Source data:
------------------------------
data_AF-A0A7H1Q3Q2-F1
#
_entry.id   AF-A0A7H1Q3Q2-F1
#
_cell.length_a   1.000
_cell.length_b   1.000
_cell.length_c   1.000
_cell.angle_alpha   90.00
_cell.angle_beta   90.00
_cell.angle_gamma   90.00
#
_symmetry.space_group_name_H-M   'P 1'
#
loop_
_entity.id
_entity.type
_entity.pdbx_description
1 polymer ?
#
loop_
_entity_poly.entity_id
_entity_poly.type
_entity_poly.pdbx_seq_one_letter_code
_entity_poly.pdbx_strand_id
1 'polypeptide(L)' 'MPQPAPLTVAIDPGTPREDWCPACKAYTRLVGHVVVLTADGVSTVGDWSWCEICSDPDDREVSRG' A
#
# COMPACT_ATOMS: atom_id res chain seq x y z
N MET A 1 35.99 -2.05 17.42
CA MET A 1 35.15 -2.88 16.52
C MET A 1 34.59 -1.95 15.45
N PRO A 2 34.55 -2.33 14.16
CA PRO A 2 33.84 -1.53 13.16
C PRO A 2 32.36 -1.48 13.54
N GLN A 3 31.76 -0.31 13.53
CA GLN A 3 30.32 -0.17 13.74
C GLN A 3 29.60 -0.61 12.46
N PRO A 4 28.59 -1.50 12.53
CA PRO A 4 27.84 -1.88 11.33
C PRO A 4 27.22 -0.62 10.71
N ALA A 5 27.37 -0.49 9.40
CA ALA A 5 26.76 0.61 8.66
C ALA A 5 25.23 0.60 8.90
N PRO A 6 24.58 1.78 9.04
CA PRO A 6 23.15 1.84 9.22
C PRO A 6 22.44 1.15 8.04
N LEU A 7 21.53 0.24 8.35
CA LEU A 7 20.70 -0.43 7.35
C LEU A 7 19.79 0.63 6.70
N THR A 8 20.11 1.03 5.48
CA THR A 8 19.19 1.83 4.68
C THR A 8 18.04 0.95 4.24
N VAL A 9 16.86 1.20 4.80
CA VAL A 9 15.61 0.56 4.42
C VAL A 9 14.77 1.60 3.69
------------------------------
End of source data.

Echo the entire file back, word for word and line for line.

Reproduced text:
data_AF-A0A7H1Q3Q2-F1
#
_entry.id   AF-A0A7H1Q3Q2-F1
#
_cell.length_a   1.000
_cell.length_b   1.000
_cell.length_c   1.000
_cell.angle_alpha   90.00
_cell.angle_beta   90.00
_cell.angle_gamma   90.00
#
_symmetry.space_group_name_H-M   'P 1'
#
loop_
_entity.id
_entity.type
_entity.pdbx_description
1 polymer ?
#
loop_
_entity_poly.entity_id
_entity_poly.type
_entity_poly.pdbx_seq_one_letter_code
_entity_poly.pdbx_strand_id
1 'polypeptide(L)' 'MPQPAPLTVAIDPGTPREDWCPACKAYTRLVGHVVVLTADGVSTVGDWSWCEICSDPDDREVSRG' A
#
# COMPACT_ATOMS: atom_id res chain seq x y z
N MET A 1 35.99 -2.05 17.42
CA MET A 1 35.15 -2.88 16.52
C MET A 1 34.59 -1.95 15.45
N PRO A 2 34.55 -2.33 14.16
CA PRO A 2 33.84 -1.53 13.16
C PRO A 2 32.36 -1.48 13.54
N GLN A 3 31.76 -0.31 13.53
CA GLN A 3 30.32 -0.17 13.74
C GLN A 3 29.60 -0.61 12.46
N PRO A 4 28.59 -1.50 12.53
CA PRO A 4 27.84 -1.88 11.33
C PRO A 4 27.22 -0.62 10.71
N ALA A 5 27.37 -0.49 9.40
CA ALA A 5 26.76 0.61 8.66
C ALA A 5 25.23 0.60 8.90
N PRO A 6 24.58 1.78 9.04
CA PRO A 6 23.15 1.84 9.22
C PRO A 6 22.44 1.15 8.04
N LEU A 7 21.53 0.24 8.35
CA LEU A 7 20.70 -0.43 7.35
C LEU A 7 19.79 0.63 6.70
N THR A 8 20.11 1.03 5.48
CA THR A 8 19.19 1.83 4.68
C THR A 8 18.04 0.95 4.24
N VAL A 9 16.86 1.20 4.80
CA VAL A 9 15.61 0.56 4.42
C VAL A 9 14.77 1.60 3.69